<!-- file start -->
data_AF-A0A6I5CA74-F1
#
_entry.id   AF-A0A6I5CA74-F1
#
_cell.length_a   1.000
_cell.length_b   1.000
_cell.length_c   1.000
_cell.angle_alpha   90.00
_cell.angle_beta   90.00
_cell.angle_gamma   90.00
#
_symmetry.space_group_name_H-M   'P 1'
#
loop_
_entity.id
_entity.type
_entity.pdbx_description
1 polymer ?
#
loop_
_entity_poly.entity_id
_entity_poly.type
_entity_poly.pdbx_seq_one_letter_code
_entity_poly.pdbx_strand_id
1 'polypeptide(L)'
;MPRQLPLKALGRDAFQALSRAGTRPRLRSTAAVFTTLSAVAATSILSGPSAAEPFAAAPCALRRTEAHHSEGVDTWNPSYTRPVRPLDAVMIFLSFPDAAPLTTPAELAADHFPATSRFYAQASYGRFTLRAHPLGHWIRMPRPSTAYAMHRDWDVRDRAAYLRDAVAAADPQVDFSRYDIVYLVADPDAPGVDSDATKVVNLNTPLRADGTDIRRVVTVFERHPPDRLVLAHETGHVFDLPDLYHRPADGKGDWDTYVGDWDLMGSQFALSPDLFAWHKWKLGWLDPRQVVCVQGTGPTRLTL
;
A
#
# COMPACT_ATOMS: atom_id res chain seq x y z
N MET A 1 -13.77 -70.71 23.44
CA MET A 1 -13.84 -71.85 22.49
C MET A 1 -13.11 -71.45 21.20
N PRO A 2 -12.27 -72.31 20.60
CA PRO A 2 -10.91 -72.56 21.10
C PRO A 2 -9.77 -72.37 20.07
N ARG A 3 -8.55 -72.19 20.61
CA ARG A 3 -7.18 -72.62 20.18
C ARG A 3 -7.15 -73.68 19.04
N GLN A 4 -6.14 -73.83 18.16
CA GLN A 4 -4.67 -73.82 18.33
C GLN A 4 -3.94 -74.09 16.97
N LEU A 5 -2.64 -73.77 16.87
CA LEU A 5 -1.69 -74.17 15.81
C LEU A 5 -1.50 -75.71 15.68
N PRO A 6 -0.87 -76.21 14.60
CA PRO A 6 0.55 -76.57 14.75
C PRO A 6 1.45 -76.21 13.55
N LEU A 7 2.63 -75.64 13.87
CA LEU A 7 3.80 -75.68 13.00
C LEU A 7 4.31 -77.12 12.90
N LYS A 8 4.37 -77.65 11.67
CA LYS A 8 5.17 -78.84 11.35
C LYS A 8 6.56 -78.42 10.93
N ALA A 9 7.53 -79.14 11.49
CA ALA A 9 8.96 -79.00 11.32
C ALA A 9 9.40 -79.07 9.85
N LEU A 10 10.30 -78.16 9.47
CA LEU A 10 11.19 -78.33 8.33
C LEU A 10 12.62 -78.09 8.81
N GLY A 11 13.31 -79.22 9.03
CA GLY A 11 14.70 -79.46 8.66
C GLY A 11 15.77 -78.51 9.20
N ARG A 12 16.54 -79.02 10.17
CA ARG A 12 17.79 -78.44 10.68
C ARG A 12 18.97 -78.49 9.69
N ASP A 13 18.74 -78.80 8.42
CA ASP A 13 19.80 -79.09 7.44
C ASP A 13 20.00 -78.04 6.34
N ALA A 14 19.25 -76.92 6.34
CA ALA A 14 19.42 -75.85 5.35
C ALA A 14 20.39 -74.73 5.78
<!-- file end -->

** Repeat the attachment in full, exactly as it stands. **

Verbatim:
data_AF-A0A6I5CA74-F1
#
_entry.id   AF-A0A6I5CA74-F1
#
_cell.length_a   1.000
_cell.length_b   1.000
_cell.length_c   1.000
_cell.angle_alpha   90.00
_cell.angle_beta   90.00
_cell.angle_gamma   90.00
#
_symmetry.space_group_name_H-M   'P 1'
#
loop_
_entity.id
_entity.type
_entity.pdbx_description
1 polymer ?
#
loop_
_entity_poly.entity_id
_entity_poly.type
_entity_poly.pdbx_seq_one_letter_code
_entity_poly.pdbx_strand_id
1 'polypeptide(L)'
;MPRQLPLKALGRDAFQALSRAGTRPRLRSTAAVFTTLSAVAATSILSGPSAAEPFAAAPCALRRTEAHHSEGVDTWNPSYTRPVRPLDAVMIFLSFPDAAPLTTPAELAADHFPATSRFYAQASYGRFTLRAHPLGHWIRMPRPSTAYAMHRDWDVRDRAAYLRDAVAAADPQVDFSRYDIVYLVADPDAPGVDSDATKVVNLNTPLRADGTDIRRVVTVFERHPPDRLVLAHETGHVFDLPDLYHRPADGKGDWDTYVGDWDLMGSQFALSPDLFAWHKWKLGWLDPRQVVCVQGTGPTRLTL
;
A
#
# COMPACT_ATOMS: atom_id res chain seq x y z
N MET A 1 -13.77 -70.71 23.44
CA MET A 1 -13.84 -71.85 22.49
C MET A 1 -13.11 -71.45 21.20
N PRO A 2 -12.27 -72.31 20.60
CA PRO A 2 -10.91 -72.56 21.10
C PRO A 2 -9.77 -72.37 20.07
N ARG A 3 -8.55 -72.19 20.61
CA ARG A 3 -7.18 -72.62 20.18
C ARG A 3 -7.15 -73.68 19.04
N GLN A 4 -6.14 -73.83 18.16
CA GLN A 4 -4.67 -73.82 18.33
C GLN A 4 -3.94 -74.09 16.97
N LEU A 5 -2.64 -73.77 16.87
CA LEU A 5 -1.69 -74.17 15.81
C LEU A 5 -1.50 -75.71 15.68
N PRO A 6 -0.87 -76.21 14.60
CA PRO A 6 0.55 -76.57 14.75
C PRO A 6 1.45 -76.21 13.55
N LEU A 7 2.63 -75.64 13.87
CA LEU A 7 3.80 -75.68 13.00
C LEU A 7 4.31 -77.12 12.90
N LYS A 8 4.37 -77.65 11.67
CA LYS A 8 5.17 -78.84 11.35
C LYS A 8 6.56 -78.42 10.93
N ALA A 9 7.53 -79.14 11.49
CA ALA A 9 8.96 -79.00 11.32
C ALA A 9 9.40 -79.07 9.85
N LEU A 10 10.30 -78.16 9.47
CA LEU A 10 11.19 -78.33 8.33
C LEU A 10 12.62 -78.09 8.81
N GLY A 11 13.31 -79.22 9.03
CA GLY A 11 14.70 -79.46 8.66
C GLY A 11 15.77 -78.51 9.20
N ARG A 12 16.54 -79.02 10.17
CA ARG A 12 17.79 -78.44 10.68
C ARG A 12 18.97 -78.49 9.69
N ASP A 13 18.74 -78.80 8.42
CA ASP A 13 19.80 -79.09 7.44
C ASP A 13 20.00 -78.04 6.34
N ALA A 14 19.25 -76.92 6.34
CA ALA A 14 19.42 -75.85 5.35
C ALA A 14 20.39 -74.73 5.78